Tuesday, May 27, 2014

Hollywood Digs: An Archaeology of Shadows by Ken LaZebnik

Hollywood Digs: An Archaeology of Shadows
by Ken LaZebnik
Kelly's Cove Press
ISBN: 9780989166447
Paperback
March 2014

Hollywood Digs seeks to do what an archaeologist does when excavating a site: dig up material and put it into the context of human history. Film and television writer Ken LaZebnik unearths stories of old Hollywood through the discovery of materials, most of which are photographs. He chronicles lesser known tales of notable Hollywood figures including F. Scott Fitzgerald, Dick Powell, Frank Sinatra, Judy Garland, Mickey Rooney, Samuel Goldwyn, Farley Granger, Micky Moore and other figures including the real life Gidget and painter Thomas Kinkade.

There are thirteen different chapters, each serves as its own excavation. I read this book from cover to cover, however, each chapter stands on its own and you could easily read them out of order if you wish. There is an introduction at the beginning explaining the books' purpose. The chapters don't flow together and read more like a hodge podge of stories. The whole concept of a "Hollywood Dig" works to put some semblance of cohesiveness to this book. Like with a real archaeology dig, you never know what you'll find.

My favorite of all the chapters was a lengthy one entitled "Samuel Goldwyn's Birthday: A Contact Sheet by Leigh Weiner." It chronicles the story of producer and movie mogul Samuel Goldwyn from his inauspicious beginnings as an orphan in Warsaw up until the grand eightieth birthday party thrown for him by Hollywood elite in 1962. It also tells the stories of the various figures whose images appear on the photographer's contact sheet including Harpo Marx, Eddie Fisher, George Jessel, Jimmy Stewart, Milton Berle, Shirley Jones and Frank Sinatra. I've always loved stories derived from objects and photographs. This chapter was a delight and I had fun going through the contact sheet one image at a time.

"On August 26, 1962, Goldwyn's eightieth birthday, the royalty of Hollywood gathered for a dinner in his honor. The tables were filled with carnations, as if the guests were attending a memorial service for someone who didn't want to pay for lilies. This created a floating could of flowers that bordered the faces of all the stars. The men smoked cigars; the smaller their current stature in the business, the larger the cigar. George Jessel sported an enormous stogie; Frank Sinatra had none." - Ken LaZebnik



Because all of the chapters are so different from one other, the collection as a whole is kind of a mixed bag. There were some sections I didn't care for, including one called Providence which began as an intriguing observation on Hollywood's reluctance to accept failure or to even use the term but I quickly lost interest as it developed into something else. There were a couple chapters that on first glance were not for me but I found something interesting in them. For example, the anecdotes on Peter O'Toole as found in the chapter on painter Thomas Kinkade.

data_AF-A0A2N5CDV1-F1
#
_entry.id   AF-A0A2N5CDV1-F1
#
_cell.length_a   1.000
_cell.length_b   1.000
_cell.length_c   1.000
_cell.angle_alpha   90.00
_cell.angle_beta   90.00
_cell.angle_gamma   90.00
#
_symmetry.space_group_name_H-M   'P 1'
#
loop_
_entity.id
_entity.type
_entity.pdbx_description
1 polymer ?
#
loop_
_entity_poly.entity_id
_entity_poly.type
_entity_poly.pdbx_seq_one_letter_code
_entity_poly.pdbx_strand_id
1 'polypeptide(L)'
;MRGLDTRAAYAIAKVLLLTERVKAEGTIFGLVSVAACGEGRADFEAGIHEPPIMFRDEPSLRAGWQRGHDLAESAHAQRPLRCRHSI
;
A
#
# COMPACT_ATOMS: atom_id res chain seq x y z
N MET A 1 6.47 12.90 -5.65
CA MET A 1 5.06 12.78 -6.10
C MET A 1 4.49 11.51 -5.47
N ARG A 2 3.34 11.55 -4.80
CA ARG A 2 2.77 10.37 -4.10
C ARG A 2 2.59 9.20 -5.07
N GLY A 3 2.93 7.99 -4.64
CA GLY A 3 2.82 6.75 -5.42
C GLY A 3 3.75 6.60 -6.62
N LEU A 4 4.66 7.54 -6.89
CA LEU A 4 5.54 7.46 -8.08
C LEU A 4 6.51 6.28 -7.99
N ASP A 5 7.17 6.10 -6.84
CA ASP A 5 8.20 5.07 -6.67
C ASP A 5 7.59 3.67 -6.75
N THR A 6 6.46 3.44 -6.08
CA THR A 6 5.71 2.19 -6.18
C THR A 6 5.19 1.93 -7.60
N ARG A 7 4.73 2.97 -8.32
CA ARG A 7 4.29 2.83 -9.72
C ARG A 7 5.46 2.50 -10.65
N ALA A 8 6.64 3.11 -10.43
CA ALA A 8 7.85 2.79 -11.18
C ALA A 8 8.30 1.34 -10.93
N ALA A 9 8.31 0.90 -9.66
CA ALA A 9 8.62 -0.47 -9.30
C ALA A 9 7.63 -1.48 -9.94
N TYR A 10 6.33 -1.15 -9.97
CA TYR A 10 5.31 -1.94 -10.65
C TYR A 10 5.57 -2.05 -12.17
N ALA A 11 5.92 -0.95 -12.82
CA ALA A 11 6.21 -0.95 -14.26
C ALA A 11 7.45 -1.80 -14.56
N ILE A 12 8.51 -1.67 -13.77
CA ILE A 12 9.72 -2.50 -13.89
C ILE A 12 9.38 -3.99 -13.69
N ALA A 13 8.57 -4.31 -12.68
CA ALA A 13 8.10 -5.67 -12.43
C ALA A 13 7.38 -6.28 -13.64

I would recommend this book to a classic film and TV expert who is looking for a non-traditional book with unique and obscure stories. This book is not for a newbie; it's for a seasoned veteran looking to dig up different material.

Hollywood Digs: An Archaeology of Shadows is published by Kelly's Cove Press, a small publisher with a list that focused on California art and literature. You can only purchase this book and other Kelly's Cove Press titles from their website or from a select group of California bookstores. Traditional outlets like Barnes & Noble, Amazon or independent book stores across the country won't carry it, unless it's a used copy for reselling.

Many thanks to Kelly's Cove Press and Julia Drake PR for sending me a copy of this book to review.

Monday, May 26, 2014

2014 Summer Reading Challenge ~ Share Your Reading List


It's not too late to sign up for my 2014 Summer Reading Classic Film Book Challenge! You have until July 15th to sign-up and until September 1st to read and write all of your reviews.

If you did sign up, please share your reading list! It doesn't have to be final and can include a variety of titles you are considering. Here is mine.

Back Street by Fannie Hurst
Dangerous Rhythym: Why Movie Musicals Matter by Richard Barrios
The Invention of Morel by Adolfo Bioy Casares
Life Beyond Measure: Letters to My Great-Grandaughter by Sidney Poitier
A Life of Barbara Stanwyck: Steel-True 1907-1940 by Victoria Wilson
Missing Reels by Farran Smith Nehme
Stella! Mother of Modern Acting by Sheana Ochoa
Steve McQueen: A Passion for Speed by Frederic Brun

Here are a few books that I'll be reviewing soon but won't be part of my summer reading challenge because I started/finished them much earlier.

Ann Dvorak: Forgotten Rebel by Christina Rice
Fritz Lang: The Nature of the Beast by Patrick McGilligan
Hollywood Digs: An Archaeology of Shadows by Ken LaZebnik

Share your list with me by commenting below! You can post your summer reading list on your blog or create a Goodreads bookshelf. I'll add your links to this post and to the main page for the book challenge.



Monday, May 19, 2014

2014 Summer Reading Classic Film Book Challenge



I'm very excited to announce the second summer reading challenge!